When Mohamed Yusuf walked into Michael Garron Hospital to receive his total knee replacement surgery, he never imagined he would walk out of the hospital the very same day to recover at home.
The 62 year-old East Yorker who immigrated to Canada from Somalia in 2005 was plagued by bad knees from arthritis that caused him to walk sideways and slightly bent over. He attributes the knee problems to running through the African landscape in his youth.
“I feel so happy that I can stand up straight again and walk without any problems,” says Mohamed. “I can do the things I love again.”
Mohamed was one of two patients who participated in the same-day discharge pilot program for total joint replacement surgery. The program was established by Dr. Paul Wong, an orthopedic surgeon at MGH. The idea for this program came from a study conducted by Dr. Wong and his team to educate joint replacement patients on recovery strategies and reduce hospital stays.
The study, "Reducing length of stay for total knee arthroplasty through enhanced patient education" won a Lead Wisely award at MGH’s annual EPIC Research and Innovation Fair last year.
Total joint replacement is an effective treatment for people who have end-stage arthritis of the hips or knees. The patient population that usually requires this surgery are commonly aged between 50 and 85. The surgery replaces the diseased hip or knee joint with a prosthetic one.
Dr. Wong’s study originally aimed to reduce hospital stays from three days to two and a half days, but the research showed that same day discharge was possible. Early discharge is not only safe, but also leads to higher patient satisfaction and lower complication rates. Dr. Wong also found that it is essential to reduce narcotic use, perioperatively. The program was recognized by the Health Standards Organization as a Leading Practice, and published online earlier this month.
“We found that by eliminating some of the barriers that kept people in the hospital longer, they were able to go home much sooner and recover more quickly,” says Dr. Wong, who has been an orthopedic surgeon at MGH for over 20 years.
Over the span of his career, Dr. Wong has completed thousands of joint replacement surgeries. Based on his experience and the findings of his team’s study, Dr. Wong found the two biggest barriers were whether or not the patient had home support and the patient’s pre-conception of what is expected peri-operatively.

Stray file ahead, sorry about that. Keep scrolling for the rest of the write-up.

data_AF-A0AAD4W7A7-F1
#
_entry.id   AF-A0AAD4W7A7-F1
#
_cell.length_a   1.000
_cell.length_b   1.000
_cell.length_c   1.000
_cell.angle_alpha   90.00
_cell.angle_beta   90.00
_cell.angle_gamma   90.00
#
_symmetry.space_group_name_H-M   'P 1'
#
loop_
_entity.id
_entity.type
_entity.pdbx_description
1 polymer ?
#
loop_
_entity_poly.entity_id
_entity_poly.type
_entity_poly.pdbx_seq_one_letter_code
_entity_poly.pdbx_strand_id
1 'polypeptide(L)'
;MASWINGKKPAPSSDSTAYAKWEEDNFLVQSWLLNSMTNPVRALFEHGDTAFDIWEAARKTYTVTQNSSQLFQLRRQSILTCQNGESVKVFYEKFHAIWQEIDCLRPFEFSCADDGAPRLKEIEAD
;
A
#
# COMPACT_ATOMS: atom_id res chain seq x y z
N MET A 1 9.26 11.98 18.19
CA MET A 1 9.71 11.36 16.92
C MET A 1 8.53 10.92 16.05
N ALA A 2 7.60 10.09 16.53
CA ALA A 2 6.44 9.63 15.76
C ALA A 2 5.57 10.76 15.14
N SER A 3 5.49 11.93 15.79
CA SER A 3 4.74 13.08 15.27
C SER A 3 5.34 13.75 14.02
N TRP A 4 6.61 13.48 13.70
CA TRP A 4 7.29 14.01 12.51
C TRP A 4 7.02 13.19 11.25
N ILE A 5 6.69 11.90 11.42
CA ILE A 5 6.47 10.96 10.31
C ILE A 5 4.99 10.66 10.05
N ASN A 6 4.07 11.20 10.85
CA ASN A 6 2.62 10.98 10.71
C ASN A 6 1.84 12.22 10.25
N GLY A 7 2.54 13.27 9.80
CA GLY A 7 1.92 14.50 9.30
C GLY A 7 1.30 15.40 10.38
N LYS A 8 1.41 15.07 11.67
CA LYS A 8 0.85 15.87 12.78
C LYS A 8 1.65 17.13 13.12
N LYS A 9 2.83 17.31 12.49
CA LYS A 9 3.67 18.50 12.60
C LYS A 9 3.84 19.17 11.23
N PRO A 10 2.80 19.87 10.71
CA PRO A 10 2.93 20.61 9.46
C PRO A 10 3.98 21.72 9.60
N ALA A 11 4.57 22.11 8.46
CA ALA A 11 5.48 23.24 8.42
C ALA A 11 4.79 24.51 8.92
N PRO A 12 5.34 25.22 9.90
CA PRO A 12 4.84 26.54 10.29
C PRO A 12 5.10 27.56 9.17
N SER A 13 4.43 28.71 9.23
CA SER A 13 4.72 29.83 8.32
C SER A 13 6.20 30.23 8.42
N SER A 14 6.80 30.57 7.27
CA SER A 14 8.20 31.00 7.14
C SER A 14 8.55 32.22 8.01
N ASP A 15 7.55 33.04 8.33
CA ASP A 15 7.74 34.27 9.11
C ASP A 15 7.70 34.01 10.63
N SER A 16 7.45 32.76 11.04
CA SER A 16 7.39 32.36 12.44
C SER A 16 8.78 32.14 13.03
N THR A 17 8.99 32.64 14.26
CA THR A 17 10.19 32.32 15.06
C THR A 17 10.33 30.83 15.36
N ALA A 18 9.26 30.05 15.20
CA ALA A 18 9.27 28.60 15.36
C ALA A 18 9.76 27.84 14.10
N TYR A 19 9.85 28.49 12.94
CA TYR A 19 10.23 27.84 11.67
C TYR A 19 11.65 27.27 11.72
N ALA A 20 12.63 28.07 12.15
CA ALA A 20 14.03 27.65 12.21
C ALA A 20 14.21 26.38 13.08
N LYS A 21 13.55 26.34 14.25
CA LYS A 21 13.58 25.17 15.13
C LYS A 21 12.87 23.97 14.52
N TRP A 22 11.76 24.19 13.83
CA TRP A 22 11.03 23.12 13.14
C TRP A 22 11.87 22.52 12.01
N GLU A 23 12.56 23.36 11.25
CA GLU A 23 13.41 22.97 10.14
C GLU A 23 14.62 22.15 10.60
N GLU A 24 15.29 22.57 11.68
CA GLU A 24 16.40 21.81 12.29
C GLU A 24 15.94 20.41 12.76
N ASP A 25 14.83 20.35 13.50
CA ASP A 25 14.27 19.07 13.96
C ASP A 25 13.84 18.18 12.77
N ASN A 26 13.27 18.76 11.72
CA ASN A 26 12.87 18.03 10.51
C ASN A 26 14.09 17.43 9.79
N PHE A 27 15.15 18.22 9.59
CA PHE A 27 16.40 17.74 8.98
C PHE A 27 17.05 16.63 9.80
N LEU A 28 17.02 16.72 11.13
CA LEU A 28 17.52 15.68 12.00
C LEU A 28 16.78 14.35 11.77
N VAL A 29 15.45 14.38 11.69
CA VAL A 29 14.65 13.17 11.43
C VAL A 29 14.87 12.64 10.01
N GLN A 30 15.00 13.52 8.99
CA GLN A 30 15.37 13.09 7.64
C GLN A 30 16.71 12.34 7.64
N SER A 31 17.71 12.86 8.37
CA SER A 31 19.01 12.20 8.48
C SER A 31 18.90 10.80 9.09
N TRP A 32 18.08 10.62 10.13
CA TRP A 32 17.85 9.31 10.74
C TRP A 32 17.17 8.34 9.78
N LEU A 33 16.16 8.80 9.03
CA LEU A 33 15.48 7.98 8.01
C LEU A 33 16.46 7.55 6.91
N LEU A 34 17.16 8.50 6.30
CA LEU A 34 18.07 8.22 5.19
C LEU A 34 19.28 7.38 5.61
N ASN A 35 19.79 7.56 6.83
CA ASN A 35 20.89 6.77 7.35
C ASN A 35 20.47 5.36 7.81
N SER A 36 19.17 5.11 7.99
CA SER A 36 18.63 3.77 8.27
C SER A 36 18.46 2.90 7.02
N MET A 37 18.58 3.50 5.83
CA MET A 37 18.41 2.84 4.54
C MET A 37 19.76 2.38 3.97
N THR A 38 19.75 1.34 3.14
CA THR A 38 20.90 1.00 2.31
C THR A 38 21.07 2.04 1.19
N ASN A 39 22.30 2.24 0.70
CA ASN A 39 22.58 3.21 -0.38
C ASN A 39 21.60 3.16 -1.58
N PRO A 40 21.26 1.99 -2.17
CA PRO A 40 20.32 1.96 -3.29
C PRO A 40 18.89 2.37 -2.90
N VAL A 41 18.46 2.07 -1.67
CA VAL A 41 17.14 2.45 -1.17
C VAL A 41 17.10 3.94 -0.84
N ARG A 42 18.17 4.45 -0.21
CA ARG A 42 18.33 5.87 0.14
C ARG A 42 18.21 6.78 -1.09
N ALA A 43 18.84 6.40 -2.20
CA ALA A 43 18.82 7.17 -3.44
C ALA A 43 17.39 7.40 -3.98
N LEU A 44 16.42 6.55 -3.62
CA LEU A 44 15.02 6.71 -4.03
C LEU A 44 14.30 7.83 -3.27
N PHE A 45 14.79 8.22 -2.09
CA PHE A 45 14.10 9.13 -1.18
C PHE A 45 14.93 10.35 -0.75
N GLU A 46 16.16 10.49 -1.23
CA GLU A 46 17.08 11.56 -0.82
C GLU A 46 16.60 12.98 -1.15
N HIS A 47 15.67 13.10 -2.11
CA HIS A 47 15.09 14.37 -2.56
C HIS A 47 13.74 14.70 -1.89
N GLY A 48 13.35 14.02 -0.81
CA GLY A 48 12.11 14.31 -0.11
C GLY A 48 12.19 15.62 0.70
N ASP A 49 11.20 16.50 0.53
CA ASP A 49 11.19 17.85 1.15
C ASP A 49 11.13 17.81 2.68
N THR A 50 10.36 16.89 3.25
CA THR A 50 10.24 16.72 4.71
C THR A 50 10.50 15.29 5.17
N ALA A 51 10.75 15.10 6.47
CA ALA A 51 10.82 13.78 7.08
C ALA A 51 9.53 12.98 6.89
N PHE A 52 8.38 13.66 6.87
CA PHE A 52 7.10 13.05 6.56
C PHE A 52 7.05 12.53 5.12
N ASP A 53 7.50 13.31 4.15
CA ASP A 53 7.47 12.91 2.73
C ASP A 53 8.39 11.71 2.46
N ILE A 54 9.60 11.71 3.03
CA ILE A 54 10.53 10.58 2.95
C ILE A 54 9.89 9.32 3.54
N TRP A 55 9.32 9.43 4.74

“We usually see patients coming to the hospital for joint replacement surgery with the mindset that they are sick and need to be in the hospital for a very long time. We found that patients with this mindset took a much longer time to recover and transition home,” says Dr. Wong.
“By changing the culture of joint replacement and empowering patients to take control of their own health, I think we will be able to do more same day discharges, in the future, for those who qualify.”
Patients who qualify for same day discharge surgery would have guaranteed at-home support during their recovery (whether from family, friends, or outside services) and have no major pre-operative medical conditions. They tend to be on the younger side of the typical age range. Ultimately, the key predictor of successful same day discharge is a patient’s motivation and determination to take control of their own health and recovery.
Same day discharge total joint replacement is not a new concept. Over the past few years, there’s been a resurgence. In the US, approximately 5 % of all total joint replacements are discharged the same day. Dr. Wong believes that its popularity will continue to rise in Canada, and will become routine practice in our near future.
“Same day discharge isn’t for everyone,” says Dr. Wong. “As we did with this pilot, we will continue to carefully screen patients who meet the criteria for any future same-day discharge surgeries.”
Mohamed says his recovery took about 15 days in addition to five physiotherapy sessions at an offsite health centre.
“Dr. Wong has changed my life,” says Mohamed with a smile. “Everyone from the hospital who helped me with my recovery was wonderful. Every week someone would call to see how I was doing.”
Mohamed is currently looking forward for his next joint replacement surgery on his other knee. He is excited at the prospect of finally ditching his walking cane once and for all and hopes he’ll be able to travel again.